Afterburner resuscitates the old controversy as to who was the pilot of the third MiG that Randy Cunningham and Bill Driscoll of VF-96 shot down on 10 May 1972. For years, the North Vietnamese pilot was touted to be their top ace, "Colonel Tomb." More recent research and analysis has denied that claim, along with the assertion that Tomb had shot down 13 American aircraft. Now, in a seemingly innocuously placed footnote, the author says, "not so fast." Apparently, there was a Major Ton with 10 kills, and the author's research and contacts with various sources now leaves considerable room for further discussion.

There are a few errors in the text, such as assigning Cal Swanson to VF-163 instead of VF-162 on page 98, and on page 234, the RIO is referred to as a "radio intercept officer." The photo selection is also rather sparse but adequate for this otherwise very well done account of the naval air war in Vietnam.

Collier, Peter and del Calzo, Nick. Medal of Honor: Portraits of Valor Beyond the Call of Duty. Artisan, 703 Broadway, New York, NY 10003-9555. 2003. 253 pp. Ill. $40.

There have been several books on America's highest military award in recent years. This book appeared with more than the average hype--perhaps with good reason given the "big" names associated with it. With a foreword by George H. W. Bush and introductory essays by Senator John McCain and reporter Tom Brokaw, this collection of stories about Medal of Honor (MOH) recipients is a high-end product. Although its format and size don't make for comfortable reading, the book is well done and takes advantage of meaningful photography and layout. Its hook is that the 116 men whose accounts make up the bulk of the narrative were living at the time of writing.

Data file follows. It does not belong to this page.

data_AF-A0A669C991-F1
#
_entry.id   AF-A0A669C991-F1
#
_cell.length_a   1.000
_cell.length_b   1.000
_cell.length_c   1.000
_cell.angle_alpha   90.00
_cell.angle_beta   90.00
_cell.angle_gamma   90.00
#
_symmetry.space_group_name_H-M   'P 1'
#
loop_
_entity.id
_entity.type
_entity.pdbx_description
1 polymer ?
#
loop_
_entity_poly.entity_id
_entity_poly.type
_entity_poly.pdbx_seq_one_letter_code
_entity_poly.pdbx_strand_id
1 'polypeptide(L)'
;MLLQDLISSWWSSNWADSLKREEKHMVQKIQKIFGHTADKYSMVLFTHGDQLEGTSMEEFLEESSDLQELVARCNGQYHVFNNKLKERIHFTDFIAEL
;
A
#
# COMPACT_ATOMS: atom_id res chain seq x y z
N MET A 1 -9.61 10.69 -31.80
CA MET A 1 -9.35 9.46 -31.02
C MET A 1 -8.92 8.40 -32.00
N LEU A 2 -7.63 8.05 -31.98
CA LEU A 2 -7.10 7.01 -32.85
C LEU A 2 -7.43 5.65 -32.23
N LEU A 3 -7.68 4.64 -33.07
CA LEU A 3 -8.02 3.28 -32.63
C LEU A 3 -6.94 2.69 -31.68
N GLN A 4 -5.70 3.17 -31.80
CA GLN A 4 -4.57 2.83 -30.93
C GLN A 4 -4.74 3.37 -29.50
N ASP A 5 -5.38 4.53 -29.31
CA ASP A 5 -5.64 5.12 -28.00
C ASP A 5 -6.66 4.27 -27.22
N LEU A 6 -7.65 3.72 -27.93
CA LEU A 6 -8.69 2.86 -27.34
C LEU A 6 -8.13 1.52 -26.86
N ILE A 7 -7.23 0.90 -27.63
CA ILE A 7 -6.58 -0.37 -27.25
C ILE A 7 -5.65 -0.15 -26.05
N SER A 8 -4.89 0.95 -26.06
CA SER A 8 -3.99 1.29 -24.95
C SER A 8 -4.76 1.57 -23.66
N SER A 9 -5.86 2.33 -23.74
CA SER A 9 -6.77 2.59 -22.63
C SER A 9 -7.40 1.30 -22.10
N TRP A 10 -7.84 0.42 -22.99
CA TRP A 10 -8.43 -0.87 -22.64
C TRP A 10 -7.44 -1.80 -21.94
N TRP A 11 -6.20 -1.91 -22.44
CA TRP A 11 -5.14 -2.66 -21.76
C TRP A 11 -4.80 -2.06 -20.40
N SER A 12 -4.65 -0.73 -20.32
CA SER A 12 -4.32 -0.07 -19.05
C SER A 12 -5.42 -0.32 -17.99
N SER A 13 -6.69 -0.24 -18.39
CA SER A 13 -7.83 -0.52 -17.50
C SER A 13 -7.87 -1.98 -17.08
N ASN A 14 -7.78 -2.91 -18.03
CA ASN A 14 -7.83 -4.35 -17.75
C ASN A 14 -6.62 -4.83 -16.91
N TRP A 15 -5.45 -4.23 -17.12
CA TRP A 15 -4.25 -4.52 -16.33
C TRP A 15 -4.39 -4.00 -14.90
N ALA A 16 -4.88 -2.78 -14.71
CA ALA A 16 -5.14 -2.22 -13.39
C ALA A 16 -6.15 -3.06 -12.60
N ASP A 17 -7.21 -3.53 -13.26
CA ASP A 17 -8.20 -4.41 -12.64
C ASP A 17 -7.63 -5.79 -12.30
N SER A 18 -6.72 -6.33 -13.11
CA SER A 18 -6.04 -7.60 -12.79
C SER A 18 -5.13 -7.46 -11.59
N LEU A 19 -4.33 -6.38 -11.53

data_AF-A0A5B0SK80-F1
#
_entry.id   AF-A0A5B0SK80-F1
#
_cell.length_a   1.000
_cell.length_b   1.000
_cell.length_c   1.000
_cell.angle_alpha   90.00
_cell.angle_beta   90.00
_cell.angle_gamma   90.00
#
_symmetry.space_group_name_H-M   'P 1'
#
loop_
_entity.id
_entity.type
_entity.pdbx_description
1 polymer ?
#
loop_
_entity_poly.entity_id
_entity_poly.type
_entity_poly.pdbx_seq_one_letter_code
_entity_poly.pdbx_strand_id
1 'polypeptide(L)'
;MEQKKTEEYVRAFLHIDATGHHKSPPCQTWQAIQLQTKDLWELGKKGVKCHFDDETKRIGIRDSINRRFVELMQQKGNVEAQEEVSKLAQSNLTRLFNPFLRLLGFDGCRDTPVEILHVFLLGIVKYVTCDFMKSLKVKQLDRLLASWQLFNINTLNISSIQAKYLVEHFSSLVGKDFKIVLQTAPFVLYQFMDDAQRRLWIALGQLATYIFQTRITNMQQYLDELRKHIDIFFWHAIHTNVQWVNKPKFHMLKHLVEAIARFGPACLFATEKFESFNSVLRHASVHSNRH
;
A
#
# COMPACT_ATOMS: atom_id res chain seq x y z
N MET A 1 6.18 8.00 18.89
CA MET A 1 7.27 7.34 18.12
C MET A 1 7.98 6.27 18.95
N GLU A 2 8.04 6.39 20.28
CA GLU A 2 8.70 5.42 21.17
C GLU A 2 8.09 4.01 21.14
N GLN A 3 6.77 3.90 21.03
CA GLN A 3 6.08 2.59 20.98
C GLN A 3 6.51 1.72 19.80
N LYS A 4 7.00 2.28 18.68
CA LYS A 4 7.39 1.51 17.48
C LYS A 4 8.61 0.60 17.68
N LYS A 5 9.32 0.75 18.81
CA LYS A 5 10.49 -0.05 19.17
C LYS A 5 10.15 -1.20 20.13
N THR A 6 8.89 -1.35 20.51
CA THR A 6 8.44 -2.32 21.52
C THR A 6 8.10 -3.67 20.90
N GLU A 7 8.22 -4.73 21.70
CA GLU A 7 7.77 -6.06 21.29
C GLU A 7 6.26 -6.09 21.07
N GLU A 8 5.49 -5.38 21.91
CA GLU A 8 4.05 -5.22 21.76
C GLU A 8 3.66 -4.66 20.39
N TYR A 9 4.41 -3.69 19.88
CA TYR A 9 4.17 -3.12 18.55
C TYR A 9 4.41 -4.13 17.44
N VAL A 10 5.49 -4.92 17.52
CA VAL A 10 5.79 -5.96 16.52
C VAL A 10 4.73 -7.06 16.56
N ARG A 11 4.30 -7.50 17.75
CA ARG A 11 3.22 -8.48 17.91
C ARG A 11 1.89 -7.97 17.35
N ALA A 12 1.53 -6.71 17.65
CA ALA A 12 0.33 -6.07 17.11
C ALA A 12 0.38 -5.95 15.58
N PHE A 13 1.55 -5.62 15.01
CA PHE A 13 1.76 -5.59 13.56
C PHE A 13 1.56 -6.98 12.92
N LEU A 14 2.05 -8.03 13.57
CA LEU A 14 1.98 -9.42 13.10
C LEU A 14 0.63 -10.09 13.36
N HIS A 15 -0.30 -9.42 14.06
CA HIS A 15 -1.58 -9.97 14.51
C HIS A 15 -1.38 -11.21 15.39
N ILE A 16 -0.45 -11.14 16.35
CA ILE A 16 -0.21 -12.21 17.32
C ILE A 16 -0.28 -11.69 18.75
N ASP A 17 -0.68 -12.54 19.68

The stories are stirring and describe how average men of all backgrounds found themselves in incredible situations and rose to the challenge. One criterion for receiving the Medal of Honor is that if the individual had not performed in such a manner, it would not have reflected badly on him. All these men's missions stand out under this requirement--rescuing friends under intense fire while badly wounded themselves, picking up burning flares in a mortally damaged aircraft, throwing themselves on live grenades, returning to the fight against enemy aircraft even though low on fuel and facing superior numbers.